Atypical teratoid rhabdoid tumor in the first year of life: the Canadian ATRT registry experience and review of the literature

Abstract

While 2/3 of patients with ATRT are less than 3 years at diagnosis, the literature suggests younger children present with more aggressive disease and poorer outcome. However, little data exist on characteristics and outcome of patients diagnosed with ATRT in the first year of life. In particular, it is unclear whether they access similar treatments as do older children. We compared the cohort of patients ≤12 months from the Canadian ATRT registry to all cases extracted from the literature reported between 1996 and 2014 to describe their clinical and treatment characteristics, and potential prognostic factors. Twenty-six (33.7%) patients from the Canadian registry were ≤12 months at diagnosis as were 120 cases identified in the literature. Post-operatively, 46% of the registry’s patients underwent palliation as opposed to 10.8% in the literature cohort. Palliative patients were significantly younger than those who received active therapy (3.3 vs. 6.6 months). While the use of high-dose chemotherapy (HDC) was relatively similar in both cohorts (42.9 and 35.5% respectively), radiotherapy (RT) use was significantly lower in the Canadian cohort (14.3 vs 44.9%). Children ≤6 months, who received active therapy, had a worst outcome than older ones. Gross total resection, HDC and adjuvant RT were associated with better outcomes. Eighty percent of the tested patients had evidence of germline mutation of INI1. While 1/3 of ATRT occurs within the first year of life, a large proportion only received palliative therapy. Even when actively treated, children ≤6 months fare worse. Some selected patients benefit from HDC.

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Funding

This work was supported by a summer research studentship for M. F., from the Maternal, Newborn, Child and Youth Strategic Clinical Network, Alberta Health Services, and the Alberta Children’s Hospital Research Institute. The establishment of the Canadian ATRT registry was supported by the C17 and funded [or partially funded] by Kids With Cancer Society, Childhood Cancer Canada Foundation, and Coast to Coast Against Cancer Foundation.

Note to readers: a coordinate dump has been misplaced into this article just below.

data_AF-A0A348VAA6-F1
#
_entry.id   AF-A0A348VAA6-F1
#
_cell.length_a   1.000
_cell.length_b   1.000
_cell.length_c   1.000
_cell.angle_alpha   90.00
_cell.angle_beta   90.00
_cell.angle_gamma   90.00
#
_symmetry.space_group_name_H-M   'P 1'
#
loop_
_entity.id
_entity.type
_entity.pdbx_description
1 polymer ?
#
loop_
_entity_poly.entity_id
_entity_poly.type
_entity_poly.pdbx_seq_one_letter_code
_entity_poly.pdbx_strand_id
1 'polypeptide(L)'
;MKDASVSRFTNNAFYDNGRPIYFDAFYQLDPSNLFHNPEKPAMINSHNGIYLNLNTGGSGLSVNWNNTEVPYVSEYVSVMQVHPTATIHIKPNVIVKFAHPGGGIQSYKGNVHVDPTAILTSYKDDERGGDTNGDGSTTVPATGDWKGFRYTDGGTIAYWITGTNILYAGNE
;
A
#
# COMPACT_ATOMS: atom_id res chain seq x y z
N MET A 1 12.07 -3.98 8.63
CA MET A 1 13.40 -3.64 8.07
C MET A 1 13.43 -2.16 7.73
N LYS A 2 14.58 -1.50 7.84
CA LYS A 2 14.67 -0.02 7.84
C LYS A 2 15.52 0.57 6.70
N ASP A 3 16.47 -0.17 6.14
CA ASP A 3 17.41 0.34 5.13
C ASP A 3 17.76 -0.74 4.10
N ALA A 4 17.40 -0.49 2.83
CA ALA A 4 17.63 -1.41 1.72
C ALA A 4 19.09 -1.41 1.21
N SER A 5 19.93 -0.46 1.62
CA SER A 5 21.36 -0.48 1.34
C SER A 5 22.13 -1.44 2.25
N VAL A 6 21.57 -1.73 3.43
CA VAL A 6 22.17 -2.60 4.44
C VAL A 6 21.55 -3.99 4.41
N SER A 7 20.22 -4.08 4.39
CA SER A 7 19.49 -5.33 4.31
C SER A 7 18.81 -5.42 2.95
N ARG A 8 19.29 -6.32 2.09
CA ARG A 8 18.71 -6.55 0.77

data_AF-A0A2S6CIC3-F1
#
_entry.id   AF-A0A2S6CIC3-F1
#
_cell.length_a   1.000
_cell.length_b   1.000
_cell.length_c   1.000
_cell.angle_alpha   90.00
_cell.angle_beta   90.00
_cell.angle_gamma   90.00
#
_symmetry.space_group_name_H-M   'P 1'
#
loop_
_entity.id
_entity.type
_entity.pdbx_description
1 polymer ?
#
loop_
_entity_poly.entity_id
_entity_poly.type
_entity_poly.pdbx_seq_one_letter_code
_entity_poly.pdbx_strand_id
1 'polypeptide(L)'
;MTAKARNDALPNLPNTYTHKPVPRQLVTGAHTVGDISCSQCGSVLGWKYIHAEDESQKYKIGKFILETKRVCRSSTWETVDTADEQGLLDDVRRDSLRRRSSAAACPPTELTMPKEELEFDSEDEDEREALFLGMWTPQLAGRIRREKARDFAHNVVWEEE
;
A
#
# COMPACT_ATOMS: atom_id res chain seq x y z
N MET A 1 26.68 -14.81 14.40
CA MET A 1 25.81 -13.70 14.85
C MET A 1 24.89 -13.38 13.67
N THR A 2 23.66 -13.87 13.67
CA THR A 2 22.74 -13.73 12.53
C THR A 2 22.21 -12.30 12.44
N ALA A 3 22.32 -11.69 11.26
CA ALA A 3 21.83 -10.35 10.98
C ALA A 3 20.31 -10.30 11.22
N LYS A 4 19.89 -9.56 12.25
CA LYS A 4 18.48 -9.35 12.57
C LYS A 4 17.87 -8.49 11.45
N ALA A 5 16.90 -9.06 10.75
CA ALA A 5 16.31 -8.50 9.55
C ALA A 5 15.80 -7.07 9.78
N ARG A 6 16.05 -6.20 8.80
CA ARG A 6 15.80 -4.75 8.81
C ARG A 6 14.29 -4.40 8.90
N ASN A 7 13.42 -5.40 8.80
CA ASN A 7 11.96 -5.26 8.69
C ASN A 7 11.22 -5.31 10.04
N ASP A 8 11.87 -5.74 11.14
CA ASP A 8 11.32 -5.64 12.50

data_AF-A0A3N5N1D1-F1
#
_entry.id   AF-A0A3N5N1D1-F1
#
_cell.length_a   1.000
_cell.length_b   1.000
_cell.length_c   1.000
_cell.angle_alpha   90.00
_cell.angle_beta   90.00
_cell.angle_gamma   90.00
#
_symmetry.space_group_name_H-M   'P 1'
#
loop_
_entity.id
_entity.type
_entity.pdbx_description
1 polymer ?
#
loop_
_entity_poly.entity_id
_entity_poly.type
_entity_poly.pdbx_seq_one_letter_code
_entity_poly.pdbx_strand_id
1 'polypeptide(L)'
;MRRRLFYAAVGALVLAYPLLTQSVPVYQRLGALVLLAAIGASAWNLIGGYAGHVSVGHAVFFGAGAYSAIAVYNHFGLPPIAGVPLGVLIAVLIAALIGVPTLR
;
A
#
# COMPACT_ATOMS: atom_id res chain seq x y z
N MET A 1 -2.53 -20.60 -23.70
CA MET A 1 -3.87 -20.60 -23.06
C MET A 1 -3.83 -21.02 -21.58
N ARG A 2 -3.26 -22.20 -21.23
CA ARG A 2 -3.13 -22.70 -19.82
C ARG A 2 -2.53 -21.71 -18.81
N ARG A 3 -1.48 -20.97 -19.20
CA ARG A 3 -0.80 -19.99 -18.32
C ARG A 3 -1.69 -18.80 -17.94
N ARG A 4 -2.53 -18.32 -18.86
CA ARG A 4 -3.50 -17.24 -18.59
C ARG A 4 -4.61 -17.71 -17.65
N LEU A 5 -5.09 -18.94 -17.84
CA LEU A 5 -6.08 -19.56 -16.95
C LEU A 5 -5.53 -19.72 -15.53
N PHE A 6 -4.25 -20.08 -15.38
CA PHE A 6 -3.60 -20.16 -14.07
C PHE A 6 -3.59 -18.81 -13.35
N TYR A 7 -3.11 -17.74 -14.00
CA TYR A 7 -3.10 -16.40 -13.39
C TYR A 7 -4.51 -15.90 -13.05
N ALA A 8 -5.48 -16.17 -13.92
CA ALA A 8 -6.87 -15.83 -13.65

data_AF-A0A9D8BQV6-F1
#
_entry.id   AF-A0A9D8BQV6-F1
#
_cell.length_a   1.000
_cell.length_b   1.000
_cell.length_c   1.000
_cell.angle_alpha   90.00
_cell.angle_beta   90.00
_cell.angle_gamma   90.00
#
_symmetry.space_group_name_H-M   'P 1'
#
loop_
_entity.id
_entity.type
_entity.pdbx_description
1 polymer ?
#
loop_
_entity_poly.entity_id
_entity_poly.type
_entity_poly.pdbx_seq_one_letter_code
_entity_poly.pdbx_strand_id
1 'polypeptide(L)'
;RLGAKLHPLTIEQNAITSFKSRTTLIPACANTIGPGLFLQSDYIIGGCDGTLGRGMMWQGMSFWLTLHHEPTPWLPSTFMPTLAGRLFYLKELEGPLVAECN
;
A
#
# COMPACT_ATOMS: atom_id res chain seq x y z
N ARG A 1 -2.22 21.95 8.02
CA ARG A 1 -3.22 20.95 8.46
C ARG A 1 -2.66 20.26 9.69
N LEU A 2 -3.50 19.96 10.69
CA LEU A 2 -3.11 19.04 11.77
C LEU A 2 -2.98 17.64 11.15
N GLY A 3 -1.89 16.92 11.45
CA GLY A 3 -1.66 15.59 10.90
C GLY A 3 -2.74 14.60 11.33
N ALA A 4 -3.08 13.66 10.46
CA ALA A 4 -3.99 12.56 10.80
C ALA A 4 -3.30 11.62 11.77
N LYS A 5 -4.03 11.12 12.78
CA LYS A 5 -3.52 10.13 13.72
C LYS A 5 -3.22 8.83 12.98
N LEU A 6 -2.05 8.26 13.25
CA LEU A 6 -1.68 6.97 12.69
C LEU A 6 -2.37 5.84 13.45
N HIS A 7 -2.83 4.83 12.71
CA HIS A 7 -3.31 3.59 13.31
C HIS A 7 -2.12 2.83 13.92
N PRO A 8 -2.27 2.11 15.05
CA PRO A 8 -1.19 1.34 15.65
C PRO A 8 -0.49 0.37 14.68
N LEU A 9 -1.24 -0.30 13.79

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Correspondence to Lucie Lafay-Cousin.

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None of the authors have conflicts of interest to declare.

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All participating Canadian centers received research ethics board approval to contribute to the Canadian ATRT registry.

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Fossey, M., Li, H., Afzal, S. et al. Atypical teratoid rhabdoid tumor in the first year of life: the Canadian ATRT registry experience and review of the literature. J Neurooncol 132, 155–162 (2017). https://doi.org/10.1007/s11060-016-2353-0

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Keywords

  • ATRT
  • Infant
  • High dose chemotherapy
  • Germline mutation